With studies showing Australians are now the most burnt-out workforce in the world, it's time to talk about how sick leave may be a vital lifeline for staff once the pandemic restrictions disappear.
Now that Australia appears to be on the road to scrapping lockdowns for good, how do you think your team will handle the shift back?
With workers in Sydney and Melbourne emerging from a second year of extensive periods of lockdown, it's important for employers to take stock of the impact the past 18 months has had on people's physical and mental well-being.
For the majority, taking leave during the pandemic whether for physical or mental wellbeing didn't feel like a safe option.
In fact, a report from the US shows us that using leave while working from home actually increased stress levels due to fears around job security, reduced productivity and public perception amongst colleagues.
What we've been through is a real trauma, of which the true effects may not yet have been fully realised.
For those planning a return to the office, this upcoming change in gear may well be the straw that breaks the camel's back. Which is why it's important for employers and managers to be prepared for what's to come. The prospect of venturing out, attending an office, commuting or socialising with colleagues and friends may be daunting.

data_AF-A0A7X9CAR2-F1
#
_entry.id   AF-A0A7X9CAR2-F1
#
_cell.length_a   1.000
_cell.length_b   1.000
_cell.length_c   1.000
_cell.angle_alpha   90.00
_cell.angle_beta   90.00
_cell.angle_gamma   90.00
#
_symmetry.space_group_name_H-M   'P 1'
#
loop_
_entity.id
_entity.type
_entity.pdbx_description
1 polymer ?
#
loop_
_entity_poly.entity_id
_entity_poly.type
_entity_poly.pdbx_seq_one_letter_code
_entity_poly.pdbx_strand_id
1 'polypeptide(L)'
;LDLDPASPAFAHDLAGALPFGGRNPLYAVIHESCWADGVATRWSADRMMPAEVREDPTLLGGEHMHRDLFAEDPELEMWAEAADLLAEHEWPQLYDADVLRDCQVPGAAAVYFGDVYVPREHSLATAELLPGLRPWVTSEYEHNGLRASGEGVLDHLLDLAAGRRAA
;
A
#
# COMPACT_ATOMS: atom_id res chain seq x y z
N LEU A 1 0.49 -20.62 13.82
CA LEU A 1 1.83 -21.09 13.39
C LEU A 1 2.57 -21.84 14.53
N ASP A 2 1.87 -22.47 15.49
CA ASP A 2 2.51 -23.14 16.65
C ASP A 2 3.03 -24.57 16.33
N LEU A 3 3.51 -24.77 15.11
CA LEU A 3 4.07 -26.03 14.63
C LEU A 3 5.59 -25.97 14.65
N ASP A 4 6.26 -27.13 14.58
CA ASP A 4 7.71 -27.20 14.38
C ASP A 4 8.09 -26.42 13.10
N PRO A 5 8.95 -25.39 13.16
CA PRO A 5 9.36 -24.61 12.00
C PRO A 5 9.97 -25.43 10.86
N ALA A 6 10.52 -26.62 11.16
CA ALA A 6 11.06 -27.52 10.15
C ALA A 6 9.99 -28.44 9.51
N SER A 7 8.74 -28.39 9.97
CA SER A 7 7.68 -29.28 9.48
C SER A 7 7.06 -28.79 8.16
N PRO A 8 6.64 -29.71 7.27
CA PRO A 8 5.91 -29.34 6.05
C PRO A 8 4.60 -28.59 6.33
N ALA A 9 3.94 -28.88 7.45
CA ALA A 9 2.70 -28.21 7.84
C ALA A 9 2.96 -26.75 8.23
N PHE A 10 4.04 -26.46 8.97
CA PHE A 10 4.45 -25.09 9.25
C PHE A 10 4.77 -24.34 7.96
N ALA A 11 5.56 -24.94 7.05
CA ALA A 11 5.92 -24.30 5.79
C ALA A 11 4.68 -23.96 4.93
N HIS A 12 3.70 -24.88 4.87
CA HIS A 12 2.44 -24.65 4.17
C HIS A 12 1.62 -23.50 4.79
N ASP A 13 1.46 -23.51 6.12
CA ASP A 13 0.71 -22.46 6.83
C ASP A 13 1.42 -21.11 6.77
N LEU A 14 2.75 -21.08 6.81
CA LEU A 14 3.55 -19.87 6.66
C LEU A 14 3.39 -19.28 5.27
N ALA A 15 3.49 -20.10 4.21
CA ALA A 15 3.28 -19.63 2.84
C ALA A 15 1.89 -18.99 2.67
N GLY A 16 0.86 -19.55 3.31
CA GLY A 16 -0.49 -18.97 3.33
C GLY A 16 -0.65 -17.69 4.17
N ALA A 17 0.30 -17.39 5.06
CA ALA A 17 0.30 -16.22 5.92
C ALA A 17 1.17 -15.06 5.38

For organisations, balancing the needs of all your people and their individual circumstances should be considered as much as possible.
My advice for those feeling nervous about returning; firstly, take one step at a time. There's no need to rush back to your old environments, get comfortable and go to places close to you first to build your confidence.
Take some time for yourself if you need it. Burn-out is not good for you or your organisation, so book the leave you need. Focus on what you can control. Wear a mask, assess risks for yourself and follow the guidelines as best you can.
Try to maintain some routine. There will be a lot of big changes so maintain the things you're familiar with, including your sleeping, eating and exercising habits.
Perhaps most importantly, remind yourself and others that you will adapt. Just as you did to the stay-at-home orders.
It will take time so if you're struggling, talk to others or reach out for support. Your GP, Employee Assistance Program (EAP) or support lines like Lifeline are there to help.
- Marcela Slepica is the clinical services director at AccessEAP.